Read Falling for an Alpha Online
Authors: Vanessa Devereaux
Copyright© 2014 Vanessa
Cover Artist: Sour Cherry Designs
ALL RIGHTS RESERVED
WARNING: The unauthorized
reproduction or distribution of this copyrighted work is illegal.
No part of this book may be used or
reproduced electronically or in print without written permission, except in the
case of brief quotations embodied in reviews.
This is a work of fiction. All
names, characters, and places are fictitious. Any resemblance to actual events,
locales, organizations, or persons, living or dead, is entirely coincidental.
FALLING FOR AN ALPHA
Copyright © 2014
rubbed his temples.
His head pounded as
if someone were beating it with a sledgehammer. He’d had his share of headaches
but nothing quite like this one. This was worse than any of the thumpers that
had accompanied hangovers. And yes, he’d had his fair share of those too, including
the memorable one he’d gotten the morning after his brother’s bachelor party.
However, the severity of this one made it downright scary.
tried to stand, but the pain was intolerable. His surroundings seemed to spin
by him at ultrafast speed, which in turn made him want to lean over and vomit.
He slid back down to the ground.
This was the first time he’d noticed
where he’d been sitting—obviously not indoors. Fallen leaves and twigs surrounded
him, and the sound of them crunching beneath his body echoed through his ears.
shivered, trying to focus on exactly where he was. Deep in the forest by the
look of things, and he noticed the sun rising over the mountains to his left.
He couldn’t remember a damn thing, let alone how he’d gotten out here in the
middle of nowhere.
shivered again, rubbing his hands up and down his arms, and suddenly realized
he was naked. Holy shit, whatever he’d been doing, however he’d gotten here,
he’d obviously lost his clothes along the way. Or maybe he’d taken them off.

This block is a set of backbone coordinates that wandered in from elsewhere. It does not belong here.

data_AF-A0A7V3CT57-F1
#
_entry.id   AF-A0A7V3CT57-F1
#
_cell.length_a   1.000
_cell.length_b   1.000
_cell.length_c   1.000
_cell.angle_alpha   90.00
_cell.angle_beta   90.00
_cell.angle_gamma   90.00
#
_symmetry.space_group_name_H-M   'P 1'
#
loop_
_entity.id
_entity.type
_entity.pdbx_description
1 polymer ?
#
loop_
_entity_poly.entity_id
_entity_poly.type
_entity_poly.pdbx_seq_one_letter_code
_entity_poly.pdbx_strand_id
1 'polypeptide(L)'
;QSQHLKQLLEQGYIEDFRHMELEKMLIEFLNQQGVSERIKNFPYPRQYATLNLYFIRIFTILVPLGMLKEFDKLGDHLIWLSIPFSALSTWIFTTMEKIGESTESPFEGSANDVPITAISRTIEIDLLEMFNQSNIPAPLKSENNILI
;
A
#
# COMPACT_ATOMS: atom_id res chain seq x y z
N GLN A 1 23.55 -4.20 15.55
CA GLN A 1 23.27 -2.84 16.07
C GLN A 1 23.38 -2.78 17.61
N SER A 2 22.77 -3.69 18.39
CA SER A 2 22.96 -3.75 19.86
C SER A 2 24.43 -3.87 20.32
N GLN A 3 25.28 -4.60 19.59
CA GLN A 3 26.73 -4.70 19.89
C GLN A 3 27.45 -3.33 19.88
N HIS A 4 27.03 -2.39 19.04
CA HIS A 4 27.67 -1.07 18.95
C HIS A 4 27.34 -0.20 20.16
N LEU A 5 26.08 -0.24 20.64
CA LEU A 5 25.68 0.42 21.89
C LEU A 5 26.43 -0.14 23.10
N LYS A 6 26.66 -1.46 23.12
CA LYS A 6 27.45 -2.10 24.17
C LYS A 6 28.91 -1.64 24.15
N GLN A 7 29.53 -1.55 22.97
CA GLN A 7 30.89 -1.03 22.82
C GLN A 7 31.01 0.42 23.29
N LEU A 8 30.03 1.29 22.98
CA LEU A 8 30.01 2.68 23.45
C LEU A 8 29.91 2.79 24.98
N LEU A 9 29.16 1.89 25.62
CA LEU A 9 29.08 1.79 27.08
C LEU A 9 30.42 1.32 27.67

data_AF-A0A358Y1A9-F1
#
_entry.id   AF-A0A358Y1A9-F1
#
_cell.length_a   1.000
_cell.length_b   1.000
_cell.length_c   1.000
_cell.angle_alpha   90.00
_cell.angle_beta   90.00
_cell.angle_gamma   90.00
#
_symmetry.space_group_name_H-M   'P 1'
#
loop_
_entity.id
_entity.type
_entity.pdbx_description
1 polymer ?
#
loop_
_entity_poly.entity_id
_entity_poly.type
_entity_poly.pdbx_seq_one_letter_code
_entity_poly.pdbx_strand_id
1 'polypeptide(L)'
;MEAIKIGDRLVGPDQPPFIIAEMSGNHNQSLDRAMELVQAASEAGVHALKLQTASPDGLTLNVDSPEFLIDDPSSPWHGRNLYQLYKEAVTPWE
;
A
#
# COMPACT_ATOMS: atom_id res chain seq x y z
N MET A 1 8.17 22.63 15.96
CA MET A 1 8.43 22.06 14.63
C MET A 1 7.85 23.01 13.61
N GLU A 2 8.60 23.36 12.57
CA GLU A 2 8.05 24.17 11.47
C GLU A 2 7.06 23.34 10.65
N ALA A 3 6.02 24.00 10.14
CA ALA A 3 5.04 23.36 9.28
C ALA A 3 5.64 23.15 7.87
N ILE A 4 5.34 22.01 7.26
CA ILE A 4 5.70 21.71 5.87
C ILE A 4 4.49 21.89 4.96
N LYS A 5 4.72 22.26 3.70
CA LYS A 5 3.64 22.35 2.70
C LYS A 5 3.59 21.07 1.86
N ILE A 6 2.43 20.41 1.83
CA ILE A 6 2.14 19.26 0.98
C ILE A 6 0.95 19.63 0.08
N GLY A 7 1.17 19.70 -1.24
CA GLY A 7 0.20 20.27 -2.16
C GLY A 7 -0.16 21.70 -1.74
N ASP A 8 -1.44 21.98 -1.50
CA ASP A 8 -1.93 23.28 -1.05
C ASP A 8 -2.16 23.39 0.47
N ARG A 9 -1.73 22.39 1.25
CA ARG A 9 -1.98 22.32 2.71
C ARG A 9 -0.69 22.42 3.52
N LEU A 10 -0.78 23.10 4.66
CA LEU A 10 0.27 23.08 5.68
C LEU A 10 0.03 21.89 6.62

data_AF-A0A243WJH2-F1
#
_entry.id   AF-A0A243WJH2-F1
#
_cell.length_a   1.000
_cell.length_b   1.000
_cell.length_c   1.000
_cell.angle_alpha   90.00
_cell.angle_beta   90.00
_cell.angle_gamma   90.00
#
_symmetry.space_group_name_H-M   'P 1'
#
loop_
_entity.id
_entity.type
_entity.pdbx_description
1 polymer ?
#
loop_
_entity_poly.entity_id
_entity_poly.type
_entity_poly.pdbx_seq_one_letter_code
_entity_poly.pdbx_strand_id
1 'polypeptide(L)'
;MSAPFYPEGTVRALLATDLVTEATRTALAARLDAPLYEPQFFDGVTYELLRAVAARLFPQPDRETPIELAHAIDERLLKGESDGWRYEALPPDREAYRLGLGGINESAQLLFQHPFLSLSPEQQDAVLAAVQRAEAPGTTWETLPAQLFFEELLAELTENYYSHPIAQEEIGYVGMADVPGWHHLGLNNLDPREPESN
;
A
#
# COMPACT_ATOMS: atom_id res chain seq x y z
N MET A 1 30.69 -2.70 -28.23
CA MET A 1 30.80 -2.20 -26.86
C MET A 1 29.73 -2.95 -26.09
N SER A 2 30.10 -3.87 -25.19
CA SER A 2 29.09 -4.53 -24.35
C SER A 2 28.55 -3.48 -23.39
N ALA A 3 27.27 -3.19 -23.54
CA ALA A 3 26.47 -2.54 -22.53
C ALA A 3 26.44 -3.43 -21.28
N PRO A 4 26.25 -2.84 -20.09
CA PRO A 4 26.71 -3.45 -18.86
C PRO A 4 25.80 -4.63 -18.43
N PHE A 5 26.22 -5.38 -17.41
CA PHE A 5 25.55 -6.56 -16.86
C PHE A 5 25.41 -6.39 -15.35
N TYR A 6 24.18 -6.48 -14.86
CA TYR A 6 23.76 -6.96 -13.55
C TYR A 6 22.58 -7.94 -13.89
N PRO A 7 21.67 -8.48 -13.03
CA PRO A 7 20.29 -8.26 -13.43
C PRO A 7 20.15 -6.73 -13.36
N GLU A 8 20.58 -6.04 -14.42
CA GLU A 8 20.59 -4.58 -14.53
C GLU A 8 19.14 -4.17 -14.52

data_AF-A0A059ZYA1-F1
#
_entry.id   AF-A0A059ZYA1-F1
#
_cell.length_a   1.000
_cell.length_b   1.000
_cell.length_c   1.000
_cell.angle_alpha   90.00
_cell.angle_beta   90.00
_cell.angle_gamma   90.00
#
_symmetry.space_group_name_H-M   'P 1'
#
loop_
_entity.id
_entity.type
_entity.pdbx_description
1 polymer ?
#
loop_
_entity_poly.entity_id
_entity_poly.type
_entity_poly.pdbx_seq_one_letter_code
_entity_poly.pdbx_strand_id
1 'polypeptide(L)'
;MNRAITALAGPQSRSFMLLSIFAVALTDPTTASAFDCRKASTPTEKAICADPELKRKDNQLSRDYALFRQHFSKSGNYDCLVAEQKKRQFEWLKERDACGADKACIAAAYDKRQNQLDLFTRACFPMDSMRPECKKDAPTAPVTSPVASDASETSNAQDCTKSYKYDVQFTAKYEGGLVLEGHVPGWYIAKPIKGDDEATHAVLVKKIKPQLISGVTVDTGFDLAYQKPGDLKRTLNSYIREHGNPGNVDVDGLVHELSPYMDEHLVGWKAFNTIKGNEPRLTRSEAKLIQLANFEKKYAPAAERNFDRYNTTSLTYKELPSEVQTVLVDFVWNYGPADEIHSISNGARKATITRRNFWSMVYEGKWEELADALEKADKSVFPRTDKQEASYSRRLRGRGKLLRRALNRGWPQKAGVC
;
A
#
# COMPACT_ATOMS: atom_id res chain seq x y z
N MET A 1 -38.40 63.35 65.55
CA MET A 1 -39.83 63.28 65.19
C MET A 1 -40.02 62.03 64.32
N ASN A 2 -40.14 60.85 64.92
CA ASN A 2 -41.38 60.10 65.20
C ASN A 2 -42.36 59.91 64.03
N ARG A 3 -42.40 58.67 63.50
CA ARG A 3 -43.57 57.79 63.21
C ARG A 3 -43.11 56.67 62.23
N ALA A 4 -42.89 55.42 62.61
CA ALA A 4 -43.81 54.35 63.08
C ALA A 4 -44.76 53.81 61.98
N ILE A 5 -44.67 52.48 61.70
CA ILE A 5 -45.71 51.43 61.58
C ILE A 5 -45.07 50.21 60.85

Sex, did I have
sex last night?
If he had, it must have been the worst kind
ever because he didn’t recall doing it, or the woman he’d done it with.
remembered that he’d been washing his truck. He’d driven it to the “serve
” car wash down the street, and he had been hosing
it down, but after that he couldn’t remember a thing.
sun inched up in the sky, casting more light on him, and he had to squint. The
brightness hurt his eyes. In fact, it felt like someone was sitting on both
eyeballs, bobbing up and down on them just for the hell of it.
He put his hand up in front of his face,
hoping that would help. He shivered and wanted to throw up again.
clothes had to be around
not that he could
even remember what he’d been wearing. If he’d been washing the truck as he
assumed, then probably jeans and an old T-shirt. He stood up but his legs felt
like marshmallows and he fell on his butt, making his head throb even more.
howled, their lingering echo vibrating throughout the canyon. Definitely a
hangover, because for some strange reason he understood everything they were
to go hunting.”
stomach rumbled thinking about what the last one had said. His mouth watered, which
was strange, because usually when he’d drunk too much, he was parched the next
day. He stood again, this time managing to stay steady on his feet. He always
kept his cell phone in the back pocket of his pants. No pants, no cell phone,
no calling someone to come get him.
feeling dizzy again, he clung to the nearest tree trunk. He wrapped his arms
tightly around it and rested his forehead on the bark, hoping that would help.
shivered again. He had to get out of there. If only he could remember how he
got here, getting out of this place would be a lot easier. If he did get to
safety, he’d already made a vow not to overindulge in booze ever again.
it wasn’t his fault. It’s possible someone was playing a joke on him, slipped
something into his drink to knock him out, brought him up here, and taken his
clothes. They might even be watching him right now to see how he was going to
react when he woke up. He glanced around. Somehow, that didn’t seem likely, and
he needed to focus on getting home. He was cold and hungry, and hopefully, two
aspirin would take care of the headache.
made his way through a clearing to his left. Twigs snapped underneath his feet
and a branch caught his arm, grazed it, and drew blood.
He wiped it away with his hand.
he’d run into someone who could help him. They’d have a cell phone or they
could drive him back to town.
down at himself, suddenly remembering he was naked. Hopefully, he wouldn’t be
charged with exposing himself.